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“Grade-Boosting” Stimulant Use on Campus

A recent editorial in the Canadian Medical Association Journal looks at the use of “grade-boosting” stimulants (such as Ritalin) by Canadian post-secondary students. According to the editorial: “Universities and colleges are ground zero for ‘grade-boosting’ stimulant abuse.”

The thrust of the editorial’s argument is that universities and colleges need to work proactively to reduce the misuse of such substances, including by educating students about “the dangers of illicit stimulant use.”

The piece also notes that many such stimulants, though prescribed to treat ADHD, are in fact not effective at improving academic performance. Indeed, the editorial notes: “the vast majority of the evidence shows no cognitive improvements with the use of stimulants when compared with placebo in healthy individuals.” Yet, it points out that adverse side effects include “death, life-threatening hypertension and arrhythmias, serious overdoses, dependence and depression.”

I believe that attention to such stimulant use is especially important in light of both increased tuition fees and increased levels of student debt. Over the past two decades, tuition fees in Ontario have increased by 160 percent in real terms. Also over the past two decades, student debt levels have increased very substantially, especially in Ontario, and especially for students from lower-income households.

As the cost of post-secondary education increases for students, pressure mounts for them to undertake more paid employment (including sex work) during the academic year. This reduces the amount of time they have to study.

As students feel pressure to get good grades at school–but have less time to study–it should not come as a surprise that an increasing number of them would try using “grade-boosting” stimulants. And irrespective of whether the evidence shows “no cognitive improvements…when compared with placebo,” we should not be surprised if they continue using them. In fact, less than a year ago, students in the faculty of medicine at the University of Sherbrooke “admitted to Radio-Canada they use Ritalin without a prescription to help them concentrate while studying.” Paradoxically, the same CBC online article reporting on this revelation also quotes the University of Sherbrooke’s dean of medicine as stating: “It’s not that dangerous to take Ritalin…”

If the University of Sherbrooke’s dean of medicine believes it’s “not that dangerous to take Ritalin,” how will university officials convince their students of its adverse side effects?

Enjoy and share:

Comments

Comment from Denise Freedman
Time: September 10, 2011, 10:14 am

I believe it is important to draw conclusions from the effects of increased student tuition fees and student debt, exactly as you have done here, Nick.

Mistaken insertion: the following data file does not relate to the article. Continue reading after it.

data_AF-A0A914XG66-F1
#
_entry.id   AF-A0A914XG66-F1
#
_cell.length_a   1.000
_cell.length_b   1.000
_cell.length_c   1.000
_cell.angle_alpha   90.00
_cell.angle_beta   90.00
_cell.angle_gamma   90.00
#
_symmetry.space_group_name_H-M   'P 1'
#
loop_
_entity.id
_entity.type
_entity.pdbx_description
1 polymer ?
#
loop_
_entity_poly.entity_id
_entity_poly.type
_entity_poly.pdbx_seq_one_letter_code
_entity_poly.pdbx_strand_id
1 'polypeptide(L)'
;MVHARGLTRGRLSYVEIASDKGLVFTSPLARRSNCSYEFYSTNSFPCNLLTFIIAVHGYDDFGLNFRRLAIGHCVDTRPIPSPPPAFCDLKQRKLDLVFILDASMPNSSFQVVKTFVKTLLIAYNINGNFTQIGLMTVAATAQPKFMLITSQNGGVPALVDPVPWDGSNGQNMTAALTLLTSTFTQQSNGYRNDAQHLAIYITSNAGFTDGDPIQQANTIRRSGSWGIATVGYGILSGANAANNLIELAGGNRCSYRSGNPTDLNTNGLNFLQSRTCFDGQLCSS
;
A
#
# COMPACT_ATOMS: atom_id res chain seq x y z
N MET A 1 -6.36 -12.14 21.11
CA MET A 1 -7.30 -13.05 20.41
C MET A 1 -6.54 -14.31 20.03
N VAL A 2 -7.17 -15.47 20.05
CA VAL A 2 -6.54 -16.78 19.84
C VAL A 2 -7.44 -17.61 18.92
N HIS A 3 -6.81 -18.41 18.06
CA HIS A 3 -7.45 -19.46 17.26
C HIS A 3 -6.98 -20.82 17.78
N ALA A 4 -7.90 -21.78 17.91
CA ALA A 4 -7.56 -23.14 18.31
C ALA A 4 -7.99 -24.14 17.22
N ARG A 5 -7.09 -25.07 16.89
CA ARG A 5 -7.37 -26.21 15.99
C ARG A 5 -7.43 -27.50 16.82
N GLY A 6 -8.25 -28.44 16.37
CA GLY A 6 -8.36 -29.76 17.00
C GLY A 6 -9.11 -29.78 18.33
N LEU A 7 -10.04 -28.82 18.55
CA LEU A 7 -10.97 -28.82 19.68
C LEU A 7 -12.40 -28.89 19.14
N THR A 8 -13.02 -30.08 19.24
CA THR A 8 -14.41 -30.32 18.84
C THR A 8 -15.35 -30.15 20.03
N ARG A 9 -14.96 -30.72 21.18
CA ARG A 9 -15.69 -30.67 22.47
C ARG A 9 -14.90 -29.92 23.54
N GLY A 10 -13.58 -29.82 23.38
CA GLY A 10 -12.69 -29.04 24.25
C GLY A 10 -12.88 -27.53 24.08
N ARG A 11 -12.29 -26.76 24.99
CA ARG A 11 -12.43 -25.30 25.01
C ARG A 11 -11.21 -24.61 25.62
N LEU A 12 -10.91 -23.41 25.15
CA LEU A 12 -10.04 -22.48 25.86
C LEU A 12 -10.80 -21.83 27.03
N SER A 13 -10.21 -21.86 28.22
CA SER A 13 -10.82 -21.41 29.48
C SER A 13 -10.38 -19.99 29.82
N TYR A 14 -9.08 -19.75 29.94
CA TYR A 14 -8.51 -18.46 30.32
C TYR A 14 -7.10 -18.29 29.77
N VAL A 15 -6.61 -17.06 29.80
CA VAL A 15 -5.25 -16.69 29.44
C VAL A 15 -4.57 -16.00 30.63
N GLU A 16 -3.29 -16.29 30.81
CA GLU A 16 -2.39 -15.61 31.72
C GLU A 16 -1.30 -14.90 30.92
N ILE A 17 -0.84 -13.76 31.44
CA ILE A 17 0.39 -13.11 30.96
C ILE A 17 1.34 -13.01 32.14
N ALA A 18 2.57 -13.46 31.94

It should be no surprise that students, really just people, respond not only to the stresses of society at large, but also to the concentration of these stresses in universities and colleges–I want to say petri dishes–by seeking to boost their chances to succeed by using stimulants.

Why would students–people–respond differently to the increasing stresses of than other people?

I would go a step further in my analysis, however.

I wonder if in the stress-focusing petri dish that is post-secondary education, there might be other consequences that might, because of concentrating effect of post-secondary education, be more extreme than on the outside.

I wonder at the often described rape culture that is seen to dominate in post-secondary education, particularly in undergraduate years; might there be some correlation between the desperate “need” for stimulant use, to catch up, and outbursts of violence in general, and sexual violence in particular?

Comment from David Macdonald
Time: September 12, 2011, 7:35 am

The tuition fee increase in Ontario is worse than the 160% you specify. I believe it is closer to 244% (in real terms) since 1990.

Comment from Nick Falvo
Time: September 12, 2011, 8:41 am

I was referring to the following excerpt, found on p. 11 of the CCPA report:

“Ontario undergraduate tuition fees are now the highest in the country. In 1990, the average university student paid only $1,680 for a year ($2,500 in 2011 dollars). This fall, the average undergraduate student will pay an estimated
$6,500 for the year.”

A rise from $2,500 to $6,500 is 160 percent, no?

Comment from Ric
Time: September 30, 2011, 9:57 pm

The CMA article is wrong. The methodolgy it used to disprove that ritalin does not have any cognitive enhancing effects is misguided and takes an unrealistic approach at how these drugs can result in improved grades. The anecdotal evidence is in and it says that ritalin and other drugs work. Although people shouldn’t be taking this stuff, it is bad for your health and the grade boost is not worth it.

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